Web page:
The General Teaching Council for England - a body set up by the previous Labour government to investigate alleged misconduct - is to be axed.
Education Secretary Michael Gove told the Commons that the quango did "not earn its keep so it must go".
He said the money saved would be spent "on the front line" instead.
The move was welcomed by teaching unions but the teaching council said it would be seeking legal advice about the decision.
Two other education bodies - the Qualifications and Curriculum Development Agency and the schools technology agency BECTA - have already been given the chop as part of a supposed "bonfire of the quangos".
Mr Gove told MPs earlier that he was "deeply sceptical" about the GTCE's purpose and benefit to teachers, adding he believed it "does little to raise teaching standards or professionalism".
"Instead it simply acts as a further layer of bureaucracy while taking money away from teachers," he added.
"I want there to be stronger and clearer arrangements in relation to teacher misconduct and I am not convinced the GTCE is the right organisation to take these forward. I intend to seek authority from Parliament to abolish the General Teaching Council for England."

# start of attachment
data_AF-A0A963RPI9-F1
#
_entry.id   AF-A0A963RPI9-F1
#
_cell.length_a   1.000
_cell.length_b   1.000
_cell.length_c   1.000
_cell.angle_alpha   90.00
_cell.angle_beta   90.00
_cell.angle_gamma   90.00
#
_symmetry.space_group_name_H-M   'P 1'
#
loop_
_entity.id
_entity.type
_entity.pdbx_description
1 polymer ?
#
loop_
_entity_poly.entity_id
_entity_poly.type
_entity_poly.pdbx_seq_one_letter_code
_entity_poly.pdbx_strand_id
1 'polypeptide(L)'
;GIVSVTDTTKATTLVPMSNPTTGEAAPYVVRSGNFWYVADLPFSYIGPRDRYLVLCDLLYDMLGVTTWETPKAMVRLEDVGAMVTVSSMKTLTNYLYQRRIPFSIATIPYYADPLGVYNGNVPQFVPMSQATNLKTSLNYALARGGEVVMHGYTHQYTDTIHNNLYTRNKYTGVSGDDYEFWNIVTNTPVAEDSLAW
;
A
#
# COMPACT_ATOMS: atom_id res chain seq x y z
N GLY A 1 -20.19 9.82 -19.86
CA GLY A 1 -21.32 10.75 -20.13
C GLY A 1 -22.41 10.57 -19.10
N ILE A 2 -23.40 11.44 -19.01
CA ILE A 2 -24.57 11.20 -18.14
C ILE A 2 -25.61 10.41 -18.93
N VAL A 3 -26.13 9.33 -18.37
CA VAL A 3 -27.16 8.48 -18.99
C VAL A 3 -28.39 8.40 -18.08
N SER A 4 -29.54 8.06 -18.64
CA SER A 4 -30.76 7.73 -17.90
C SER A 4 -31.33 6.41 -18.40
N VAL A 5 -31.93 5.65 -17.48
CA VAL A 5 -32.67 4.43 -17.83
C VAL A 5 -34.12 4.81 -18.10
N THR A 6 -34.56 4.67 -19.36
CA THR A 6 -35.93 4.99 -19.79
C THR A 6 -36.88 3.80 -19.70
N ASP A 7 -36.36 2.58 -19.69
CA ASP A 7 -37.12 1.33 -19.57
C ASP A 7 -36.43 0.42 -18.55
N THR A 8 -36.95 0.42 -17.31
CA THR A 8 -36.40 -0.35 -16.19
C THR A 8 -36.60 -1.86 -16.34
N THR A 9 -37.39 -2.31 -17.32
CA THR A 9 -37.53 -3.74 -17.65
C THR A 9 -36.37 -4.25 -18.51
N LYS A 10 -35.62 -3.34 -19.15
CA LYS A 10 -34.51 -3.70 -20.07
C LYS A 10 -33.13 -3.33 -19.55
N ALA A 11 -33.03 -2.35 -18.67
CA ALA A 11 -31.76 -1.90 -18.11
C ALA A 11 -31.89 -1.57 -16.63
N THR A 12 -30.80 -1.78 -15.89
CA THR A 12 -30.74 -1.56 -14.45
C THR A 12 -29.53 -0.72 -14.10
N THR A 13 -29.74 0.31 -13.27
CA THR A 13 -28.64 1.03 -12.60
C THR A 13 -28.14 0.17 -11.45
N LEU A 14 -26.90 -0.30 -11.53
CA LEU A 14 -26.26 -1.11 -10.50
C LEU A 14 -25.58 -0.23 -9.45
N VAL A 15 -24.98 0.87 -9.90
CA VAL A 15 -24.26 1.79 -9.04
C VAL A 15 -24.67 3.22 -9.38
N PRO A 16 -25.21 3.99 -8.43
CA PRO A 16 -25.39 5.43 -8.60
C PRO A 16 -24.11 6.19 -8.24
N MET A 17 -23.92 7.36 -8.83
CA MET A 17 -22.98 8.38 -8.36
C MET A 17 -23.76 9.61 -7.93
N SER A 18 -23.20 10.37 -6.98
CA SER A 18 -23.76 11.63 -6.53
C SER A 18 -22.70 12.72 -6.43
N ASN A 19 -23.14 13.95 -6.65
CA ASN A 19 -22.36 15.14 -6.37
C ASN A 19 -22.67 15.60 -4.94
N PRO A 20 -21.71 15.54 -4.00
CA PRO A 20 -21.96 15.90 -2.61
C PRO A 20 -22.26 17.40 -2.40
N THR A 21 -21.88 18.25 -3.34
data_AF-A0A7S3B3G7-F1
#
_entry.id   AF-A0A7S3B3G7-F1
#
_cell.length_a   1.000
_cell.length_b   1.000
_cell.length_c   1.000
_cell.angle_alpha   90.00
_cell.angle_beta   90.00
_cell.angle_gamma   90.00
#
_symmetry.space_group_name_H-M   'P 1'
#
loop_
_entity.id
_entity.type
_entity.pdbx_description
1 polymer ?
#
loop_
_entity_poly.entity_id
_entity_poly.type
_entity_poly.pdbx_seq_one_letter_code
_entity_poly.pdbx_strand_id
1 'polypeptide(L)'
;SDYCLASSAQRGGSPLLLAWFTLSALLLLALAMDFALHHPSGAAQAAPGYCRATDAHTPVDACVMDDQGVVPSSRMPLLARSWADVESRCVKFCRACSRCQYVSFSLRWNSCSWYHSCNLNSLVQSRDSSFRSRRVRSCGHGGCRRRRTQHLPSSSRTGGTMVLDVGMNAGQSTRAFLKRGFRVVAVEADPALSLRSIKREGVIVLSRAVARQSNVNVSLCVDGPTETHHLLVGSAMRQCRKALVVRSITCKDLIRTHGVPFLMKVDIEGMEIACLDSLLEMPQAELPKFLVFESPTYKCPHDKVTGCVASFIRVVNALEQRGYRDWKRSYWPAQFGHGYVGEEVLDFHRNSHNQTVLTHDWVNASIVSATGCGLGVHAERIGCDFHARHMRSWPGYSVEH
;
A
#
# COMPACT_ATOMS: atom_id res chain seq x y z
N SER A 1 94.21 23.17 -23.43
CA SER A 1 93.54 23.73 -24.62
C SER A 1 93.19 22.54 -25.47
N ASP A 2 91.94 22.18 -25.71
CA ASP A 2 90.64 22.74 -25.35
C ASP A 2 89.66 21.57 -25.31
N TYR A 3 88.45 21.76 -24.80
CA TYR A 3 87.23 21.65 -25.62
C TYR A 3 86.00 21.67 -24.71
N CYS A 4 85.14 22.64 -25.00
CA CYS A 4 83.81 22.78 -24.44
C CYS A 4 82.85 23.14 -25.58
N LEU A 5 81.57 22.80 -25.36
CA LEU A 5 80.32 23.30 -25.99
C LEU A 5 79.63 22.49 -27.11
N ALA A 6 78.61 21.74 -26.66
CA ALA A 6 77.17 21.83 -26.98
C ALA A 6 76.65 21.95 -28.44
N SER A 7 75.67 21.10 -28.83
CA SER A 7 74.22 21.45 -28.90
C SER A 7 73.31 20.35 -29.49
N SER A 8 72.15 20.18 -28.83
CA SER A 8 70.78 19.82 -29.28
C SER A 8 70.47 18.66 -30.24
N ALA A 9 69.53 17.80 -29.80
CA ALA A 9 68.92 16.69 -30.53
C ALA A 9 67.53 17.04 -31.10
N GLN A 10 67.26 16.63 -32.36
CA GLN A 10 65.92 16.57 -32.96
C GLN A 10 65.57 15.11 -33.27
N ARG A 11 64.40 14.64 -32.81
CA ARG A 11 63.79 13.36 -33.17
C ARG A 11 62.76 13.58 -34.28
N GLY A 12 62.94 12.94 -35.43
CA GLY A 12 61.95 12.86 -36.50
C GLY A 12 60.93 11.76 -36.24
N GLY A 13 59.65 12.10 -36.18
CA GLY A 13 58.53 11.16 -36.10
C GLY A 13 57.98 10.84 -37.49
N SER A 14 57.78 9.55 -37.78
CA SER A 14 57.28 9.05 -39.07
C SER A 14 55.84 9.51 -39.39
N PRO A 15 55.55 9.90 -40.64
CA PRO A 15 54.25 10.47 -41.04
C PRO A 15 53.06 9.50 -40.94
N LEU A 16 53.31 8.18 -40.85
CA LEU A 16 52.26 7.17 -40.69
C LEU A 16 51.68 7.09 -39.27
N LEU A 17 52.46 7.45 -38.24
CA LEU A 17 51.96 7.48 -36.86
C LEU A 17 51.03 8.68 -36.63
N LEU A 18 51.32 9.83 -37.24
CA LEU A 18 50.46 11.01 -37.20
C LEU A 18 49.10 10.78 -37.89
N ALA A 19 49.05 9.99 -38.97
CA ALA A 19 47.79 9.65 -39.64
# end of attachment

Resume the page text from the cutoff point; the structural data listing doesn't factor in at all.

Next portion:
Mr Gove singled out for criticism the GTCE's recent decision to allow a BNP activist who described some immigrants as "savage animals" on an internet forum to remain on the teaching register.
"We need new proposals to ensure that extremism has no place in our classrooms and the bodies that have failed to protect us in the past cannot be the answer in the future," he told MPs.
A GTCE panel had said it was "troubled" by some of the "intemperate" comments made by Adam Walker, a technology teacher from County Durham, but was not satisfied they were suggestive of intolerance.
It is not yet known which bodies, if any, will take over the GTCE's roles.
Chris Keates, general secretary of the NASUWT teaching union, said she had "no doubt" Mr Gove's decision would be welcomed by teachers.
"I have frequently said that if the GTCE was abolished tomorrow, few would notice and even less would care," she said.
"Too much time, energy and resource has been frittered away on pursuing projects and issues which duplicated the work of other bodies and did little or nothing to enhance the status of the profession."
Christine Blower, general secretary of the National Union of Teachers (NUT), also welcomed Mr Gove's decision, saying: "From its inception, the GTCE has struggled to overcome the fact that teachers felt it had been imposed on them."
Legislation to scrap the GTCE will be introduced in the autumn.
In a statement, the GTCE said it was "created by Parliament to work in the public interest to improve standards of professional conduct among teachers, to contribute to raising standards of teaching and learning and to raise the standing of the teaching profession.
"We are seeking legal advice on our position and will be seeking urgent clarification from ministers and Department for Education officials on the implications of today's announcement for the GTCE's work over the next period and for its staff and members."